…At what I hope will be an early-but-not-too-early hour, I’ll begin my journey into the land of the Dually Bionic Knees. It’s nearing time for my second TKR—total knee replacement (otherwise known as TKA—total knee arthroplasty).
My reason for writing this piece is to explain in advance what will probably be lapses in my twice-weekly (Wednesdays and Saturdays) posting schedule. Unlike some of my more diligent fellow bloggers, I don’t have much (translation: any) backlog of posts. I usually wait to see what grabs my interest a few days before.
One cheery thought about my life after recovery is that the next time I pass through airport security, I’ll be spared a repeat occurrence of my most recent pre-flight stop a couple of years ago.
As I stepped onto the platform, I told the woman whose quick judgment we were all depending upon for our lives that I have a left knee implant. “No; you don’t,” she said, firmly and indignantly. “You have a right knee implant.”
My efforts to enlighten her were fruitless. I left, hoping she’d been more alert if any possible weapons or questionable contraband had surfaced amid scans of my fellow passengers.
The next time I take flight, which won’t be for a while, I’ll have simplified matters for tired/frenzied/confused security personnel. The explanation that “I have implants in both knees” should spare me from another pointless exchange with security personnel.
At least, that’s my hope. Nevertheless, if they still feel compelled to pat me down for that switchblade they’re sure is strapped to my inner knee, so be it.
After all, I’m now a confessed money launderer; my photo may be on prominent display in an airport back room somewhere. There’s just no telling…
(Note to any National Security Agency folks excited that their Google key word search may have hit pay dirt: this is a frail attempt at humor by a woman with an overzealous superego. I’m boringly harmless. And yes, “pay dirt” is a bad pun; I confess to that too.)
But I digress.
I know that a rough recuperative period lies ahead. I’m hoping it won’t be as bad as the last surgery six years ago, when an icy winter made it nearly impossible for me to venture outside. Now, it will simply be the summer’s heat that makes it nearly impossible for me to venture outside.
As I’d wondered in retrospect whether my lengthy pain period back then was due to my failure to apply ice often enough or to move around enough, I’m determined to excel at both tasks this time. (Apparently, lolling in an opioid-induced haze does not facilitate the hard work needed for rehab.)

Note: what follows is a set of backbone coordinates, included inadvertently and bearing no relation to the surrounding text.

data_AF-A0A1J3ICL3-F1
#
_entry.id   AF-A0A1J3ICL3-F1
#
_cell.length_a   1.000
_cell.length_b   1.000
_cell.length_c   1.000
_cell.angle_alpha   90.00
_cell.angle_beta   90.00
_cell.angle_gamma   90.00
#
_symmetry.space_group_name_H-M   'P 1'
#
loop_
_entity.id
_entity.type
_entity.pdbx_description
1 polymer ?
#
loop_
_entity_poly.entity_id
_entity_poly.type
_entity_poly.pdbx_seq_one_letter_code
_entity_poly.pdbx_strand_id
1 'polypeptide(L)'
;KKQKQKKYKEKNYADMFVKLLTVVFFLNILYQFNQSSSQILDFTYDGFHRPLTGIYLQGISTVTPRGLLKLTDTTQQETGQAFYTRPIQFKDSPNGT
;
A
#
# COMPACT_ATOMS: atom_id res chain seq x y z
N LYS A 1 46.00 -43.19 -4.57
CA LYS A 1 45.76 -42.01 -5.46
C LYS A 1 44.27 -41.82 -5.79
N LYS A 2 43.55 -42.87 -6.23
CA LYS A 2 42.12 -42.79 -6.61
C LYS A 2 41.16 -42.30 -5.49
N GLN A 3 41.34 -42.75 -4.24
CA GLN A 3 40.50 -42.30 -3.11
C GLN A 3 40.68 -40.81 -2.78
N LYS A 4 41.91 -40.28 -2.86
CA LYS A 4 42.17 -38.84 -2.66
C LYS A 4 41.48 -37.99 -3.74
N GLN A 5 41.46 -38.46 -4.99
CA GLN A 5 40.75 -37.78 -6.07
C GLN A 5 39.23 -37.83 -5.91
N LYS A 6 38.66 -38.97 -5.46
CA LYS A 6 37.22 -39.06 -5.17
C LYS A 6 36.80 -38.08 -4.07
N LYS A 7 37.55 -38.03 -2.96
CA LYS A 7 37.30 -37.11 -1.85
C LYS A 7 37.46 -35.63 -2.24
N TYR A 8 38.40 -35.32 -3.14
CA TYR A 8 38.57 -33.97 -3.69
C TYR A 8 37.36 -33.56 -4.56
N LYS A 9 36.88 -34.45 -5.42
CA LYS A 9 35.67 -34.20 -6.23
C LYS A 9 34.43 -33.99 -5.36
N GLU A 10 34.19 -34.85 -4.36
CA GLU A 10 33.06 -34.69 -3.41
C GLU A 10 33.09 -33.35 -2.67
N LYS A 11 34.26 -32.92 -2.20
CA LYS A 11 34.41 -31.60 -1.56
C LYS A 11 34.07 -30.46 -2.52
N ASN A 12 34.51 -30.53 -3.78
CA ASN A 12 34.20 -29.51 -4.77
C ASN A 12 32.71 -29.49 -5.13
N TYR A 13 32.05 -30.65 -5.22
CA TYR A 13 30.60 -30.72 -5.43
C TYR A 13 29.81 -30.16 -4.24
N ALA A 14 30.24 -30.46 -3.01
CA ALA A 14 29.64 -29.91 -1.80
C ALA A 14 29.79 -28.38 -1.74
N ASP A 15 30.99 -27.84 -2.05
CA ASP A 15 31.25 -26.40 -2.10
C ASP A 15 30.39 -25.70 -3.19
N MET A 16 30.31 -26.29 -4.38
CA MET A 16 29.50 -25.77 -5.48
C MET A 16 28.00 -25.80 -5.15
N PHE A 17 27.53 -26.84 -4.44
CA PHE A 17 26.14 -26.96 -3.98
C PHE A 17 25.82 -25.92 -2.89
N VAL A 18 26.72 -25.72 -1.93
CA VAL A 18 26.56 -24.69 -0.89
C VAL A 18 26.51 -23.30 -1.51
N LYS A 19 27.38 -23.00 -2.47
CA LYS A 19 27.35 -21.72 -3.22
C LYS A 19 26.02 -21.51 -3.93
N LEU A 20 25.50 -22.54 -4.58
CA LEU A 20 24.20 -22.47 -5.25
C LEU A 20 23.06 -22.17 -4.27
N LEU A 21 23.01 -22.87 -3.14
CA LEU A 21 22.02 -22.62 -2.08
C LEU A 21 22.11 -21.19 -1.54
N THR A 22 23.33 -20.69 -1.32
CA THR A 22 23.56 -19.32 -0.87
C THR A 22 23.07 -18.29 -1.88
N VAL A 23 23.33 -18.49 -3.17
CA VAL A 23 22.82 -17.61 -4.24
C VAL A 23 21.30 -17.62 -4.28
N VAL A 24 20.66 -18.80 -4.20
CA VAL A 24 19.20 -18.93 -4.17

The first two weeks post-op will be spent at home with frequent ice packs and lots of stretching exercises so that I can get close to normal in both bending and straightening my knee. I have my choice whether to have physical therapy (PT) virtually with the hospital team or in person with someone who’ll come to my home.
After two weeks, I’ll be in outpatient PT for several months to more aggressively build up the knee.
I want to stress that I’m not looking for sympathy. With the surgeon’s steady hands, a reliable robotic device as his chief assistant, and some luck, I’ll eventually be in better shape than I am today.
Before long, I expect to be kickin’ up my heels–at least figuratively.
One of my English blogging friends wrote recently that in the UK, the wait for knee replacement surgery is two to five years.
I don’t for a minute take for granted my access to excellent and timely medical care. I wish it were universally available—just as fervently as I wish everyone who’s ailing could look forward to good results after treatment.
I do know that for a while, it will be tough for me to sit in one place for long. Hence this explanatory notice to you.
Incidentally, I’ve been so involved researching and writing my posts and enjoying yours that I somehow missed observing the three-year blogginversary of annieasksyou.
This seems to be a good time to note that when I started this effort, I had no idea how much joy I’d find in the blogosphere. I treasure you, my blogging friends. I learn from you; I’m inspired by you. You expand my world.
And I’m always delighted to see that I’m reaching people from many different countries. As I’ve written before, I just wish I could read the work of those of you whose first language I don’t understand as you’ve written it.
As I’ve also written before, thanks to all of you, I am one happy blogger!
Annie (soon to be TKA—The Kickin’ Annie)